“Agassi may have just penned one of the best sports autobiographies of all time. Check–it’s one of the better memoirs out there, period. . . . An unvarnished, at times inspiring story [told] in an arresting, muscular style. . . . Agassi’s memoir is just as entrancing as his tennis game.”


“Open” is one of the most passionately written anti-sports books ever. It adds depth and complexity to Agassi’s reputation as both a champion and a rebel. “Open” is an unusual sports memoir in many ways. Written by a superstar athlete, the theme of the book is, in fact, Agassi’s overwhelming disdain for tennis. It avoids the clichés about the love of the game that is typically expected off professional athletes.

According to Agassi, the game he excelled in was a prison, which he spent 30 years trying to escape. His first “prison” was his own backyard, where a court was built by his immigrant father, Mike, behind their house in Las Vegas. Mike Agassi was determined to groom a champion and subjected all four of his children to abusive training, to the extent that he would take them out of school for extra practice time. The eldest three crumbled under the pressure. The jackpot came with Andre who was blessed with brilliant hand-eye coordination.

His next “prison” was the Nick Bollettieri tennis academy in Florida. Described as a “glorified prison camp,” this academy was operated by Nick, an entrepreneur, paid in thousands of dollars by parents who deported their children off for months, even years, of incessant drilling, lectures on motivational psychology and nights spent in barracks-like dorms.
Agassi rebelled by drinking, getting into brawls, body piercing and sporting “one pinky nail that’s two inches long and painted fire-engine red.”

Locked into a career dictated by talent and upbringing, he found escape and solace off-court in the company of two men who were like a father figure to him — his physical trainer, Gil Reyes, and his coach, Brad Gilbert. Together they reconstructed Agassi’s body and his game, and made possible his extraordinary, late-career resurgence, when he could finally displace his archrival, Pete Sampras, from the numero uno spot.

He also talks openly about both his marriages. His first, to Brooke Shields, lasted just two years – the classic bad pairing of a jock and a starlet. Apart from having been pushed onto the stage as children, the glamorous couple had nothing in common. Shields disliked tennis and Agassi’s friends. Agassi wanted quiet time and never fit into her showbiz crowd.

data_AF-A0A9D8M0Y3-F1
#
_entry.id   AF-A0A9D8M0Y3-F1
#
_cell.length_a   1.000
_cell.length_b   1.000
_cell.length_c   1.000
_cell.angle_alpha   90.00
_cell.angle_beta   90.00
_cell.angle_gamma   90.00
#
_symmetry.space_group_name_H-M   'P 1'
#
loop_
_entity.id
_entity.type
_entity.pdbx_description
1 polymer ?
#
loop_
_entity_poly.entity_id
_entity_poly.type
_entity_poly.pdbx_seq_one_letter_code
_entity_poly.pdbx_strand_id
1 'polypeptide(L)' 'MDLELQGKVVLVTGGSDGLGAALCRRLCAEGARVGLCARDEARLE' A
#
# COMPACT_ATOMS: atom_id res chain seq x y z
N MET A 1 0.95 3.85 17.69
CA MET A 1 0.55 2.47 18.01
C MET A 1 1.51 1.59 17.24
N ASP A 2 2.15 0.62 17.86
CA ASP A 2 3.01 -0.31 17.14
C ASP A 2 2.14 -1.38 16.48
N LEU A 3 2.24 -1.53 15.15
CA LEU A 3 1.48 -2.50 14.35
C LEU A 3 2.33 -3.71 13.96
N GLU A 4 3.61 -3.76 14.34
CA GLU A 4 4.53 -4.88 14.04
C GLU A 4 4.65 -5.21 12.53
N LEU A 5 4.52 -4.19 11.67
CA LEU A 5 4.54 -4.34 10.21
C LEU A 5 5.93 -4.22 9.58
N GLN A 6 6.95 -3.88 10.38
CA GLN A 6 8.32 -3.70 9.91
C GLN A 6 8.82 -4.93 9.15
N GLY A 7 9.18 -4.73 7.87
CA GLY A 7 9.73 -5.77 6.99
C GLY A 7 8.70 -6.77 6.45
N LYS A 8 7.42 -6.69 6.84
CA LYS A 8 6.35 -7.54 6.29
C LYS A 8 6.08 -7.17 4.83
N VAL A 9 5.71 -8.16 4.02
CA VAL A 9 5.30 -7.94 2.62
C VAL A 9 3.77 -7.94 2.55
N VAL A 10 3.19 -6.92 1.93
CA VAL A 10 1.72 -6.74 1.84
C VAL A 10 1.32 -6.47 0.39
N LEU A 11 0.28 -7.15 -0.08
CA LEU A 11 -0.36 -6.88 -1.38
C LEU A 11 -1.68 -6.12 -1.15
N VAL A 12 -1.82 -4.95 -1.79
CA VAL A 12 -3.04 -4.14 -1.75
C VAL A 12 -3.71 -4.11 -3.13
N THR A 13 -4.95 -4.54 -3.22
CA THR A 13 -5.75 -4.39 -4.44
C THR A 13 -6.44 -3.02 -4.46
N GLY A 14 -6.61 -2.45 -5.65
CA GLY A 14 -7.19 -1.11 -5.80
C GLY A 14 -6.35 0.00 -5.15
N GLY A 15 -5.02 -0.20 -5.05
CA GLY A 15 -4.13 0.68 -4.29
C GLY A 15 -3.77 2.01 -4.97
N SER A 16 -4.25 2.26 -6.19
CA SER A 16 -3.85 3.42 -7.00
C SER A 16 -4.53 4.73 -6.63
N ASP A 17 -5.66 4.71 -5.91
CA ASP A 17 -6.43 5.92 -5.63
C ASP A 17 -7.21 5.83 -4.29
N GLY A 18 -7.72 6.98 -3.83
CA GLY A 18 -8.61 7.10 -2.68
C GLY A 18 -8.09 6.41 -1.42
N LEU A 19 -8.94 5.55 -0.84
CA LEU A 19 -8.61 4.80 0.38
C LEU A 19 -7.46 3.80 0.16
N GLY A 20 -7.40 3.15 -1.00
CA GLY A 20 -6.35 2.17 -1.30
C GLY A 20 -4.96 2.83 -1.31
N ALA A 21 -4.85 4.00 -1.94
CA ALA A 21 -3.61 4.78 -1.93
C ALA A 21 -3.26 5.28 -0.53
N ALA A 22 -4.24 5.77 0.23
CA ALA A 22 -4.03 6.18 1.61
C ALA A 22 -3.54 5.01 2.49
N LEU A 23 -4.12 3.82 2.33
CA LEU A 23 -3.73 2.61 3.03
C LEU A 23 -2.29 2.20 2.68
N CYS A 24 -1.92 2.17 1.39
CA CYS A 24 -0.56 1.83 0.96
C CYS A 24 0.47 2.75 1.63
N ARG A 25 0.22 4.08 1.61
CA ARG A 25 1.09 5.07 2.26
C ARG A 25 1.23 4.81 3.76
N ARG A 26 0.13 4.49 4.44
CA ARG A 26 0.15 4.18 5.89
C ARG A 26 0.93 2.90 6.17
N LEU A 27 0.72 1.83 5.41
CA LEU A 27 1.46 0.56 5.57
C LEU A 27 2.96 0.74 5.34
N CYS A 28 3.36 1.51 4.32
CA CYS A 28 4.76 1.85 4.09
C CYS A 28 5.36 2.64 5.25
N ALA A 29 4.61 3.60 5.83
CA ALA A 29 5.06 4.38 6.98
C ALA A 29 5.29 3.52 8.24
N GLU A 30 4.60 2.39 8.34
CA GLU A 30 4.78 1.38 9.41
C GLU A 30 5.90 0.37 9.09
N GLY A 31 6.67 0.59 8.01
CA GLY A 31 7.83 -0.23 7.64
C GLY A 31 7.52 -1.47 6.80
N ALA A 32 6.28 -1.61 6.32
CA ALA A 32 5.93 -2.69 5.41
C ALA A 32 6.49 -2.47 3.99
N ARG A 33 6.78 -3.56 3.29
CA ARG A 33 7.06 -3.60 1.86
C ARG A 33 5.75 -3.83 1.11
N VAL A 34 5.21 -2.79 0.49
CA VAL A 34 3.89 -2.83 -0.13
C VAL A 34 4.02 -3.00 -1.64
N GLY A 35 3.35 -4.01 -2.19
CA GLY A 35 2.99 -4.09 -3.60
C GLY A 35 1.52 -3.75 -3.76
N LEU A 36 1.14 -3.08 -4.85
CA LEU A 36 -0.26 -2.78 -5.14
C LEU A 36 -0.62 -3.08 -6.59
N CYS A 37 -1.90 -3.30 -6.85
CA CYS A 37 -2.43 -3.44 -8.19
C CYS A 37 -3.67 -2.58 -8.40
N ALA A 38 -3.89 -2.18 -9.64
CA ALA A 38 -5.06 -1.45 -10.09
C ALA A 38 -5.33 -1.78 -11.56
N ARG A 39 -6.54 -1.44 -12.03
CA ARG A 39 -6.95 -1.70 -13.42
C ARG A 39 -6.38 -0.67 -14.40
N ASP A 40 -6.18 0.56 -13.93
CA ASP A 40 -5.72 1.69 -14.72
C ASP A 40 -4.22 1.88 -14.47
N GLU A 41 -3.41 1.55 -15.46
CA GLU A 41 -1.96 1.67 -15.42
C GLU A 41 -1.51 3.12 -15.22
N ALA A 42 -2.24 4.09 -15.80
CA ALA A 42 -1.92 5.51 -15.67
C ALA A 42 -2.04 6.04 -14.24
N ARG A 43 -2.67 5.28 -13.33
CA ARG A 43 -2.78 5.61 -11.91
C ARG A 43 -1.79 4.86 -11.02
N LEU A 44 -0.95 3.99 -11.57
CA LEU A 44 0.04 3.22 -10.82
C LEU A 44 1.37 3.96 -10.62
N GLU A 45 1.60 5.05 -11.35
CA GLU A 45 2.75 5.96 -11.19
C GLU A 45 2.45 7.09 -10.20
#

Soon after his divorce in 1999, Agassi started seeing Steffi Graf, another former tennis prodigy, whom he eventually married and has two children with: Jaden and Jaz.

As part of his philanthropic gesture, Agassi set up an education complex, known as the Agassi Prep that gave underprivileged children, the one advantage he himself had been denied – education.

“Open” highlights the loneliness of professional tennis players. Tennis is a sport in which you talk to yourself. “No athletes talk to themselves like tennis players. In the heat of a match, tennis players look like lunatics in a public square, ranting and swearing and conducting debates with their alter ego. Of all the games men and women play, tennis is the closest to solitary confinement which inevitably leads to self-talk”.

Agassi describes his tennis life as a wrenching, thrilling, horrible, astonishing whirl; which he has spent 3 decades fighting. Trying to be perfect, he always fell short and it messed with his head. His confidence was shot and perfectionism was the reason. He tried to hit a winner on every ball, when just being steady and consistent would be enough to win 90% of the times.

Yet, tennis uses the language of life – advantage, service, fault, break, love – the basic elements of tennis are those of everyday existence, because every match is a life in miniature.

Agassi makes us marvel at how unexciting it is to be famous, how mundane famous people are. They’re confused, uncertain, insecure and often hate what they do. It’s something we always hear – like the old adage that money cannot buy happiness – but we never believe it until we see it for ourselves. How can one be unhappy when you have money in the bank and your own plane?
But he felt it – he felt listless, hopeless and trapped in a life he didn’t choose.

What struck me the most, was his grit, despite despising the game so much, and his own deteriorating health. As he sadly said, he didn’t know anything else to do. What was his USP, and had amassed a huge fan following, his various hairstyles – little did we know he was struggling with balding issues.
In short, life is a tennis match between polar opposites.
Winning and losing, love and hate, open and closed.

A first-rate sports memoir, darkly funny yet also anguished and soulful.
Stark, juicy, energizing, tragic, and compulsively readable, though a tad bit repetitive at times – you will devour it, if you love tennis and Agassi, because he has laid himself bare.


Reviewed by:

Ranjini Sen

Added 23rd August 2021

More Reviews By
Ranjini Sen